The fact of the matter is, I am you. More than many of you seem to realize. I went to Catholic grade school with you, was perhaps even more pious than you, unless you also rode your bike to daily Mass in the summertime and got a ride with the neighbor lady to Friday evening Stations of the Cross during Lent. Unlike you, who never had uncles who worked for Jesse Helms, I had the opportunity to kiss Senator Helms on the cheek when I was eight. (People intent on finding an explanation for my orientation may wish to ponder that fact.) Each week I brought the Baltimore Catechism to my mother to demonstrate my mastery of another chapter.
In Catholic high school I aced all my classes, as had my brothers and sisters before me. At home, I scanned the reading material at hand—the National Review, the Moral Majority newsletter, and the Hillsdale College newsletter—and watched Firing Line with my father. I attended a Reagan campaign rally on the picturesque green of my New England hometown. In our home, Reagan, Buckley, and Falwell enjoyed a kind of trinitarian status. Wanting to attend a Catholic college or university, as had three of my four older siblings, I set my sights on the University of Notre Dame, applying there and only there.
At Notre Dame I majored in theology and held an office in the campus prolife group. As a student there I had my world expanded exponentially, albeit still within the Catholic bubble. At Notre Dame I came across more permutations of Catholicity than I had ever imagined existed. On or near or passing through campus was a dizzying array of personalities and schools of thought and service groups and periodicals. Focolare, Opus Dei, Lawrence Cunningham, Jean Porter, Richard McBrien, Michael Buckley, Alasdair MacIntyre, Michael Waldstein, CILA, the Thomas More Society, Crisis, NCR, the National Catholic Register, Commonweal, Lefebvrists, Marianists, millenialists, Lonerganians, Thomists, Balthasarians, the Theology of the Body, Feminists for Life, Comunione e Liberazione, Community of Sant’Egidio, Holy Cross Associates, High Mass in the Basilica, Wednesday night Masses in the chapel of Farley Hall...like I said, dizzying. One Thursday night I would be out to a fondue dinner with a friend and her father and a conference-attending Joseph Fessio, SJ (who fixed his traditionalist gaze on me and said, “So, just how bad is the Theology Department these days?”). The next morning might find me crashing a professional conference on medical ethics—sitting in the back row, taking it all in—before heading off to hear a speaker on liberation theology over at the Center for Social Concerns. During my time at Notre Dame a professor I asked to be my confessor steadily tried to bring me along from a stunted spirituality centered on self-discipline (I was very, very good at that) to a more expansive and far more challenging spirituality centered on the daunting gospel command to love—really love—God and neighbor. I left campus with my diploma and a handful of awards, one of them for being the top theology student. I hated leaving, and told everyone I felt like I had just started getting to the good stuff.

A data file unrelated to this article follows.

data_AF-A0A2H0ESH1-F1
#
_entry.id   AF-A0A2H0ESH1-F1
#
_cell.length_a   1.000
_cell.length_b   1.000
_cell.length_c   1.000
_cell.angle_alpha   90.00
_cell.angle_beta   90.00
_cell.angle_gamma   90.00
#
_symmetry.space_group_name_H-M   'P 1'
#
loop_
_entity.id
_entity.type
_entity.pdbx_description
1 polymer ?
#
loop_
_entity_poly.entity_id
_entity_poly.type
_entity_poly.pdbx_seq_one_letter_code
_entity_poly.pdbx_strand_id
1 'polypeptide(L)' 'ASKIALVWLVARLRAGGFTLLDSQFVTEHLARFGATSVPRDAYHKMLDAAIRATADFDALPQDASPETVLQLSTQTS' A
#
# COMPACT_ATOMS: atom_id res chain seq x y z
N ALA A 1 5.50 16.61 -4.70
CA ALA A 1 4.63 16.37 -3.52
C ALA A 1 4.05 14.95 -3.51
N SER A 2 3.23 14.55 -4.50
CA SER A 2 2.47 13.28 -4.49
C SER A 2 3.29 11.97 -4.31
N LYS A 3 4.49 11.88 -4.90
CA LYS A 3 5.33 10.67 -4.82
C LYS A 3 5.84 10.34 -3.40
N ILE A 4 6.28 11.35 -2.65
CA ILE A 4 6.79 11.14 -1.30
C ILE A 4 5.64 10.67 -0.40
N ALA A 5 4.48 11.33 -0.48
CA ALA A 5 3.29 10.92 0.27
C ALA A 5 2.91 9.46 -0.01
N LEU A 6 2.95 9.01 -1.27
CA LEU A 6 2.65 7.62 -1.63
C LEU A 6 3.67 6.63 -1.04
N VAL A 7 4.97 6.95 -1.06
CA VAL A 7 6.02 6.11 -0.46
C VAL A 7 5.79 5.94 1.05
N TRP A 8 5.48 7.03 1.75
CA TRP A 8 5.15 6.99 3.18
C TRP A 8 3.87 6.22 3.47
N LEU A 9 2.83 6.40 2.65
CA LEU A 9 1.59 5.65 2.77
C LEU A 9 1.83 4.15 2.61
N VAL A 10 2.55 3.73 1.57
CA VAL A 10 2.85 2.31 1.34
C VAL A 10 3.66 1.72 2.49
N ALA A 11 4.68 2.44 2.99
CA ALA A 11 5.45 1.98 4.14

After a couple of weeks I drove my fondue friend to an order of female hermits in New York whom she was considering joining, and headed to the L’Arche community in Toronto, Canada, to live and work among the developmentally disabled. Daily Mass was again part of the mix, this time with Henri Nouwen as celebrant. When Henri was gone a few of us tried our hand at lay preaching. I’d like to think I did a passable job. After two years at L’Arche, not able to shake that “but I was just getting to the good stuff” feeling, I requested a deferral of admission to law school in order to continue theology studies. Fellowship in hand, I relocated to Boston and found my intellectual home in the work of Karl Rahner. Two years of studying theology and nothing but theology—and getting paid for it!—well, that was as sweet a deal as I had ever come across.
During my years in Boston I dated a couple of guys, one of them a former seminarian and fellow theology student. He and I attended a talk by Andrew Sullivan, then the editor of the New Republic and an out gay Catholic. I sat and listened, and knew for the first time with a semblance of peace what I had come to know in recent years in more conflicted fashion: that I was, and would always be, a gay Catholic.